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FARE Blog December 22, 2020

December Holidays and Food Allergies

"As gratifying as it is to gratefully accept what your family and friends are offering, your safety outweighs all other concerns of social compliance."

Guest post by Teen Advisory Group (TAG) member Jack McIntyre

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It’s difficult to tell when it happened. I recall wearing shorts one day and a winter coat the next. Regardless, the trees are barren, the air is crisp, and Santa sits at the mall before a winding line of children, each one mentally rehearsing their shot at the Christmas jackpot. Somewhere Mariah Carey is collecting fat royalty checks. All these signs point to a singular conclusion: it is finally December.

For the younger kids among us, December means presents. For the older students, December brings the rush of exams followed by the sweet sense of relief that comes with the end of a semester. For the older members of our families, it can be a time of stress, as the responsibilities of hosting relatives, cooking and handling gifts collide, warping what should be a festive and relaxing time. But that’s all noise. When you cut away the details, you’re left with a time to celebrate with friends and family.

For many (including yours truly), December is the pinnacle of the year, a time to reconnect. December is a month of tradition, and while COVID restrictions may have forestalled many of the traditions to which we are accustomed, there’s no reason why we can’t make the most of the season. I’ll leave that part up to you.

What does it mean to have a food allergy during such a time? Let’s focus on one of the broader issues faced by our cohort. Namely, that awkward, stomach-sinking feeling of having to decline a dessert made by someone else. You often experience it when going to a friend’s house. Their parents (or they) graciously offer you some kind of snack or dessert that you have the good sense not to eat. Even if they possess a passing familiarity with your allergy, you cannot vouch for the state of their kitchen, their stringency regarding cross-contact, and even the ingredients used in the preparation. (The old “Manufactured on shared equipment with X” footnote is a real kicker in that regard.) What do you do in a situation like this, where you need to refuse a dish but don’t want to offend your host at the same time? To put it simply, sometimes all it takes is a no.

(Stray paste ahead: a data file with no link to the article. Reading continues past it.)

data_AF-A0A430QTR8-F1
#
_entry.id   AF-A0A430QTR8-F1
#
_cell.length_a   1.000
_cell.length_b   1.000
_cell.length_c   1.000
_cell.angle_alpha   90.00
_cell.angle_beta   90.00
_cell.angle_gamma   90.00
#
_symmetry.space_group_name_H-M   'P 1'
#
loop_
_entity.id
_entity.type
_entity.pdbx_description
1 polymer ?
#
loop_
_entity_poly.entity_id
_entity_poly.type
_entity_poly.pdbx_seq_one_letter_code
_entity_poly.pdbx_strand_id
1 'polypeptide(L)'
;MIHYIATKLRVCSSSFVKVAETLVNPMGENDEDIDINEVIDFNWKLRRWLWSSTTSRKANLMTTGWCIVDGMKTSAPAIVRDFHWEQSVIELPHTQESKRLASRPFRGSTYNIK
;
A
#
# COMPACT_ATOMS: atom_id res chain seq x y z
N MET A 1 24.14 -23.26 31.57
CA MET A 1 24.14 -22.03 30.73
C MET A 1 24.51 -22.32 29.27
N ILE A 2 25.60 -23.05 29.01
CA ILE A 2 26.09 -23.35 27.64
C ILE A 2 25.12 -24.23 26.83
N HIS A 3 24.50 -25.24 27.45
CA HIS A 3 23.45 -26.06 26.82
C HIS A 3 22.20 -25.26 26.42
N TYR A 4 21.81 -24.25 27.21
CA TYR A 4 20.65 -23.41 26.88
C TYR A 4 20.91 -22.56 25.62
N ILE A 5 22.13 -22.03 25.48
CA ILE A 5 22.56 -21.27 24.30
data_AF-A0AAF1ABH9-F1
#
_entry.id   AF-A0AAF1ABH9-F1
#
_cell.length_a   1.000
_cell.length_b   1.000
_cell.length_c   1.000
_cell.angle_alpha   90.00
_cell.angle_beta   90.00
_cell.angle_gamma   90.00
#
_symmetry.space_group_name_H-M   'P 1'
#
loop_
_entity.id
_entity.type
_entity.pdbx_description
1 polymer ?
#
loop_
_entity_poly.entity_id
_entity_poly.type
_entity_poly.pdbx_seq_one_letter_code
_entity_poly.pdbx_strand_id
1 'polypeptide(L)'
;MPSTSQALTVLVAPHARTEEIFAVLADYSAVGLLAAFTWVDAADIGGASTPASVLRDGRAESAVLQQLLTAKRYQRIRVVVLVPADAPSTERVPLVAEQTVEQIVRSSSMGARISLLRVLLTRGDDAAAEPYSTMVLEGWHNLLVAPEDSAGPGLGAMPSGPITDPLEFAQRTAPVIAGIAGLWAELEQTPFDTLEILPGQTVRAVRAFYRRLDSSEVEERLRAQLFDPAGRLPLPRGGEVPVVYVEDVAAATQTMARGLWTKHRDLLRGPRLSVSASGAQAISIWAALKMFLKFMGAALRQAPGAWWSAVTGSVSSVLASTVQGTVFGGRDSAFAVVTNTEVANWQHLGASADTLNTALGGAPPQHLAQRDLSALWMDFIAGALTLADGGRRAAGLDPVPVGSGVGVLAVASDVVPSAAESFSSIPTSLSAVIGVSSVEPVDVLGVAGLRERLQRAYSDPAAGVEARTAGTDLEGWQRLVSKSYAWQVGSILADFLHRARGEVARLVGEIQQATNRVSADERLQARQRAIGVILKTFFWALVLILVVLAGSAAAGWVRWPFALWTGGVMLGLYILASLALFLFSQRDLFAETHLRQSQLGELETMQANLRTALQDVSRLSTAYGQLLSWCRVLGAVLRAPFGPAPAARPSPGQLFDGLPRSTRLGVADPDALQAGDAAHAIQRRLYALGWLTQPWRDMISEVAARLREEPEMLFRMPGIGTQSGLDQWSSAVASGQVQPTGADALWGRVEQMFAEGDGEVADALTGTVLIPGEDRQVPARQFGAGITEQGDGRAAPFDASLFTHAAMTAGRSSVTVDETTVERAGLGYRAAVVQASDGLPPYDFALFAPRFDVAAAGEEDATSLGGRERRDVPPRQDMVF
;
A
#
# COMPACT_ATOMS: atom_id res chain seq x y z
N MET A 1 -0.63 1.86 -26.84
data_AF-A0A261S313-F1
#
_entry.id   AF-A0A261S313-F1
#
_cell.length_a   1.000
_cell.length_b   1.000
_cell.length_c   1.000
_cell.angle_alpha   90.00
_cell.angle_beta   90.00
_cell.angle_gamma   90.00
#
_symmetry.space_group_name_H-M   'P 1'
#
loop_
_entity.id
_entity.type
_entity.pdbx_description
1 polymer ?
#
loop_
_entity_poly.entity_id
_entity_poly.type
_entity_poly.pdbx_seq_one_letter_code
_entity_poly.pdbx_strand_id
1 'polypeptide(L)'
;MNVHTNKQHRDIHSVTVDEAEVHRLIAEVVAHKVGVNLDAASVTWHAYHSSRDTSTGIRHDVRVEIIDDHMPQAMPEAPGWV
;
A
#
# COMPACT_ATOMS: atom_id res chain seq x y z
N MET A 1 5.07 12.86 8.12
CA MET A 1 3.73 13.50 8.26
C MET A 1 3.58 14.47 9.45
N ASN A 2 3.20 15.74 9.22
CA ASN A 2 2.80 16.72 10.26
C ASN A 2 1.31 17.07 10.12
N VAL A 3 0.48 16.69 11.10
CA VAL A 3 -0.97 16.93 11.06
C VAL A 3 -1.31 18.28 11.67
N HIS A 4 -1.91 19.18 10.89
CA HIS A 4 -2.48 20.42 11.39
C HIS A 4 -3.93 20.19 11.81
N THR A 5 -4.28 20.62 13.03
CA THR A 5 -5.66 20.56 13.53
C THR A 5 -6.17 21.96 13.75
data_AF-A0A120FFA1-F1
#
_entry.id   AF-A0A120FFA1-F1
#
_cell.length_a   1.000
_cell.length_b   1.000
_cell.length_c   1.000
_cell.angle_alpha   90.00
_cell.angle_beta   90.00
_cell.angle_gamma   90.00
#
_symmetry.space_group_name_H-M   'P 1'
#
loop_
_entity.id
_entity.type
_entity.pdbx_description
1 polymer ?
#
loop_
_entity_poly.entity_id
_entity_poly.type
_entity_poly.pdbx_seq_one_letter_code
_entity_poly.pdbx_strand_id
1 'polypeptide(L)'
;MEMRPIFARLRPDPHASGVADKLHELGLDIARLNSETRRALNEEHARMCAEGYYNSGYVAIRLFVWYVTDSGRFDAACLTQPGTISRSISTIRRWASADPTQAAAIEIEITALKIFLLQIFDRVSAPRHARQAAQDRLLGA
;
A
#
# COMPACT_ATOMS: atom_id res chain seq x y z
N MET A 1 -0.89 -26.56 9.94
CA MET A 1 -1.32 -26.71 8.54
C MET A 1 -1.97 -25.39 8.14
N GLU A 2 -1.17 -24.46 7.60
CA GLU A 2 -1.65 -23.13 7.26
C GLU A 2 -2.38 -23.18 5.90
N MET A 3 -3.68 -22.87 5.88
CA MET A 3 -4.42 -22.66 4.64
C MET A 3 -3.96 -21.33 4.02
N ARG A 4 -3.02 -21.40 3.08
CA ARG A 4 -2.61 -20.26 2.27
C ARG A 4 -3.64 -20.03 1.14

Keep in mind that I am not advocating distrust, merely caution. Learning to say no is a hard skill to master, one forged through practice and resolution. The inability to give a firm no led to my first real experience of anaphylaxis outside of a controlled environment. If that doesn’t teach you, not much else will. As gratifying as it is to gratefully accept what your family and friends are offering, your safety outweighs all other concerns of social compliance, even if that means a repeated number of polite yet firm noes. If they are your loved ones, then they will respect your decision not to partake in a certain treat. You may feel awkward missing out on a dish, but keep this in mind: after five minutes, not a single person will remember what you did or didn’t eat. Any concerns to the contrary are all in your head.

It hardly needs to be said that COVID will change the landscape of holidays this year. (If I had a dollar for every ad I’ve seen telling me that, I could afford a genuine EpiPen.) So, wherever you are and whatever your situation may be, I hope you’re able to take some time this month to relax and reconnect. And, as we transition back to normal over the coming year and gatherings become commonplace again, it will be important to know how to navigate these tricky situations. Reflect on the outcome you want to have happen should you need to refuse a dish. I mean this sincerely: I’m rooting for you.

So, to all those afflicted by food allergies, and to all their families and loved ones who are patient in understanding these issues, I wish you Merry Christmas, Happy Holidays, and a wonderful New Year. Thank you for reading.

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